It's a fairly easy feat to create custom sets of grunge brushes in Adobe Photoshop once you have a couple of techniques down. The main ideas are to have a textured source and to play around with filters that manipulate the look of sketched-out lines and doodles. Join me below in creating a custom set of brushes, ready for painting with, using three sources of texture: scanned paper and objects, a stock photo, and manipulated doodles within Photoshop itself.
1. Scanned Texture: Preparing the Watercolor Paper
You can download the watercolor paper by hitting the Download Attachment button to the right of this tutorial, or scan textured paper of your own. The texture of the paper is subtle, so I'm going to start by manipulating the Levels (Control-L). Enter 0.12 in the middle box under Input Levels to bring out the texture.
Altering the levels has brought out the yellow tone of the paper. Bring it down by simply Desaturating (Shift-Control-U) the image under Image > Adjustments.
Under Image > Adjustments > Threshold, move the slider to the right, bringing the Threshold level to 231. Under File, choose Save As (Shift-Control-S) and save the file as a .psd.
2. Scanned Texture: Applying the Watercolor Texture
Create a New Document (72dpi if you need a brush for web-based media, or 300dpi if you'd like to create larger, print-based media). Create a New Layer (Control-N) to begin making custom brushes.
Using the Brush Tool (B), choose a default, soft brush from the Brush panel. Brush out a small pattern or design, something similar to what's seen below (unless you have a specific shape you'd like your brush to be, of course).
This is where the watercolor paper from the previous section comes in handy. Go to Filter > Distort > Displace. In this case, we'll use the default settings. The dialog box that pops up will also prompt you to load a .psd file. Use the watercolor texture file created in Section 1.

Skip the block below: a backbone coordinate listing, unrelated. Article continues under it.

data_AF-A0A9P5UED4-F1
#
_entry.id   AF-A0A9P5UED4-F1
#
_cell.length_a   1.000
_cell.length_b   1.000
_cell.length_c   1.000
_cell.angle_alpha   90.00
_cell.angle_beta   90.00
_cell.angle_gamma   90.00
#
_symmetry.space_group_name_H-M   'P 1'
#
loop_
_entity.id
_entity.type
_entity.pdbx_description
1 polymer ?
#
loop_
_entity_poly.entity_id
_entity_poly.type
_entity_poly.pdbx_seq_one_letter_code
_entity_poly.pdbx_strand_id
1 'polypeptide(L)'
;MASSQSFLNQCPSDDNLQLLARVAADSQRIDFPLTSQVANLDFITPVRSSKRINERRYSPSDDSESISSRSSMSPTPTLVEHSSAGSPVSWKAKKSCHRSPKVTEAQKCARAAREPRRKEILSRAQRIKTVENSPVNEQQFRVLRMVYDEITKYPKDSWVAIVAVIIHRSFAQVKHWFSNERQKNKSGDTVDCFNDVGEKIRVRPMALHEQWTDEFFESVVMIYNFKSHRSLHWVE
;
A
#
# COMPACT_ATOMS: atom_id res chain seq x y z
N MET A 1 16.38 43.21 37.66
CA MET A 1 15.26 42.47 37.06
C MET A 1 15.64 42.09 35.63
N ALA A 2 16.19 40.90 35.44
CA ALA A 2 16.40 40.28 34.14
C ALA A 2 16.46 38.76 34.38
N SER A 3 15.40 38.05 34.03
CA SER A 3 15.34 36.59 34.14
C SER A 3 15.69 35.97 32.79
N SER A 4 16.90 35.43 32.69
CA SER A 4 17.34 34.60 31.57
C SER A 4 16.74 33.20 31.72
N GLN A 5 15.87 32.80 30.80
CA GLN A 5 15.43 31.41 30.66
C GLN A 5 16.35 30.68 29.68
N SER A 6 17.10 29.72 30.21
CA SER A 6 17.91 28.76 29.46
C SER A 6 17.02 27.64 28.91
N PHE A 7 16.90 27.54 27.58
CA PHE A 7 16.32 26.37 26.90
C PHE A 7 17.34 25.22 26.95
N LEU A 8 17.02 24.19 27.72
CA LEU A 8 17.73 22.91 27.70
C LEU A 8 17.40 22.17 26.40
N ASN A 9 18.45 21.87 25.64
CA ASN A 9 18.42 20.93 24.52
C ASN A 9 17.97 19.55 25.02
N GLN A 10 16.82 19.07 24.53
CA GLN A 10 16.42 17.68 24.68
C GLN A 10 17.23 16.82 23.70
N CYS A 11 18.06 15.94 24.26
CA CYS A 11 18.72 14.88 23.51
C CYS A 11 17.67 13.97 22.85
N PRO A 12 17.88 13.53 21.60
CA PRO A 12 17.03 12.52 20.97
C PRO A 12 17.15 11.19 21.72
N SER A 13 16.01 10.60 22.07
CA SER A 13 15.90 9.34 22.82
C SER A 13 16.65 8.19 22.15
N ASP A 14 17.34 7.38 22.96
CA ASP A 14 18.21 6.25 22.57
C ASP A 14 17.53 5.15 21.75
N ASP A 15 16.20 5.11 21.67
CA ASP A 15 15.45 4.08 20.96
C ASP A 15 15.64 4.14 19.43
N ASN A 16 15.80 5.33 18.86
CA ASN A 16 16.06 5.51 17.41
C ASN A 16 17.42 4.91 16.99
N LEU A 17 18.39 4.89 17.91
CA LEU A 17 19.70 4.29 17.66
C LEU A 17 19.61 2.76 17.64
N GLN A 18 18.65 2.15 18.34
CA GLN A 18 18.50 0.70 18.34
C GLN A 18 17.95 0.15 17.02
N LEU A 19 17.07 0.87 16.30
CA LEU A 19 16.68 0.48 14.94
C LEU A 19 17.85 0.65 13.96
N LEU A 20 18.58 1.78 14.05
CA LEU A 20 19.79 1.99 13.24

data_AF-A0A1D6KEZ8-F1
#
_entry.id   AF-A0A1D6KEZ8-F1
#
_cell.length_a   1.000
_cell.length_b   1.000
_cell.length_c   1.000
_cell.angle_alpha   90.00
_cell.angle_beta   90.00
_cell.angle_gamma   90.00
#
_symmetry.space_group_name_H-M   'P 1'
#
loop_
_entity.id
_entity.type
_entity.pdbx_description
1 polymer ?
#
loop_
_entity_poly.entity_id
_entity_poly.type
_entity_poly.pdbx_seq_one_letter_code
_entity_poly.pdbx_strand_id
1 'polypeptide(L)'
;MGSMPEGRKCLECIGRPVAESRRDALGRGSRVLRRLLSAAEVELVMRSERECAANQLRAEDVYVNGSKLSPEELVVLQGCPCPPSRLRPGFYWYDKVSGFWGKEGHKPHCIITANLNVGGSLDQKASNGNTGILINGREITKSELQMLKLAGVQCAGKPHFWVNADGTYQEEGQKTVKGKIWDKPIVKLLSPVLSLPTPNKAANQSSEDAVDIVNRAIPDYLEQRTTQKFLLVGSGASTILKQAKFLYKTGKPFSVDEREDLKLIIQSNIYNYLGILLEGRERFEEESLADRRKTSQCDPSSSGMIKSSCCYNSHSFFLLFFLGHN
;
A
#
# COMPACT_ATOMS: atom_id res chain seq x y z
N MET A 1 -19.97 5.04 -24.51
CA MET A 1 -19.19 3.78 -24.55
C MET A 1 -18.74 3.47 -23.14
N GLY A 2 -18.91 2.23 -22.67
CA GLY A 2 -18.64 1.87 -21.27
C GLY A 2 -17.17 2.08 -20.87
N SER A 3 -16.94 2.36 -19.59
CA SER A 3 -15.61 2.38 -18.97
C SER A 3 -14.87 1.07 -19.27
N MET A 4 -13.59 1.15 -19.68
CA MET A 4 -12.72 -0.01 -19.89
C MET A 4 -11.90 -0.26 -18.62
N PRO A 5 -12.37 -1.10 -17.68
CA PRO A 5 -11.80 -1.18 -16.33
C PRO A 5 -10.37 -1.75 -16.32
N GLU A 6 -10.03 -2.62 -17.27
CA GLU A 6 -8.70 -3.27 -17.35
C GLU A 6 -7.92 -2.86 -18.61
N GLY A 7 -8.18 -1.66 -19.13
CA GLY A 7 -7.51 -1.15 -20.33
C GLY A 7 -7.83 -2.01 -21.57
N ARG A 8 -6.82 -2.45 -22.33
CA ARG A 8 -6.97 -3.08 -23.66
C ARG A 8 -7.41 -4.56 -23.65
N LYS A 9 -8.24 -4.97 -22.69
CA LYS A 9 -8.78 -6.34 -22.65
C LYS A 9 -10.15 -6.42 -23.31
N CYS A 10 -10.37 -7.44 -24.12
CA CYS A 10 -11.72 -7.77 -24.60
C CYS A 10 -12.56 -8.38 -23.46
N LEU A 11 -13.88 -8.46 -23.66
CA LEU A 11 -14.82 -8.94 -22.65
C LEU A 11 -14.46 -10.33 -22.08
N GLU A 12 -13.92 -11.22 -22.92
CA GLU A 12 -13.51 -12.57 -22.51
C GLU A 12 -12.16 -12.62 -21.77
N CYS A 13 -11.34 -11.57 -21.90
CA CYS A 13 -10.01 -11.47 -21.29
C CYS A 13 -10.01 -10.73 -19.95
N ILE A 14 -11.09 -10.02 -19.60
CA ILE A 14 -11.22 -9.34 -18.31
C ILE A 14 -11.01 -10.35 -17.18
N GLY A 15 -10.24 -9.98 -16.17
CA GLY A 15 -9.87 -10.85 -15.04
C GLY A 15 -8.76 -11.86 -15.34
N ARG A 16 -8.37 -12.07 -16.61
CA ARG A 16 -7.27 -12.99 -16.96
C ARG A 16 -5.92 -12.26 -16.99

Further manipulate your layer by going to Filter > Noise > Add Noise and input the settings of your choice. In my case, I chose 29.55%, Gaussian, and kept it as Monochromatic.
Grab the Magic Wand Tool (W) and select the negative space around the little brush design you've been creating. Select Inverse (Shift-Control-I) and go to Edit > Define Brush Preset in order to name and save your new custom brush in the Brush panel.
Play with your new brush! Change the settings within the Brush panel. Play with the Size, Angle, Noise, and Shape Dynamics to further customize your brush, and save an additional copy within the panel itself.
3. Scanned Texture: Crochet Toy
In an effort to experiment with various scanned textures, I used the toy I made for this Craft & DIY tutorial and squished it in my scanner for the sake of art! You can download the scan I used by hitting the Download Attachment button to the right of this tutorial, or scan knit, crochet, or lace pieces of your own (toys, scarves, gloves, etc.).
We'll repeat some of the steps from the previous two sections by doing the following:
- Sketch out a shape or quick design with a default brush (note the hardness of this brush is higher than the one used in Section 2).
- Save the crochet texture as a .psd file.
- Apply the Displace filter with the newly created crochet .psd file. Again, I used the default settings to create what is seen below.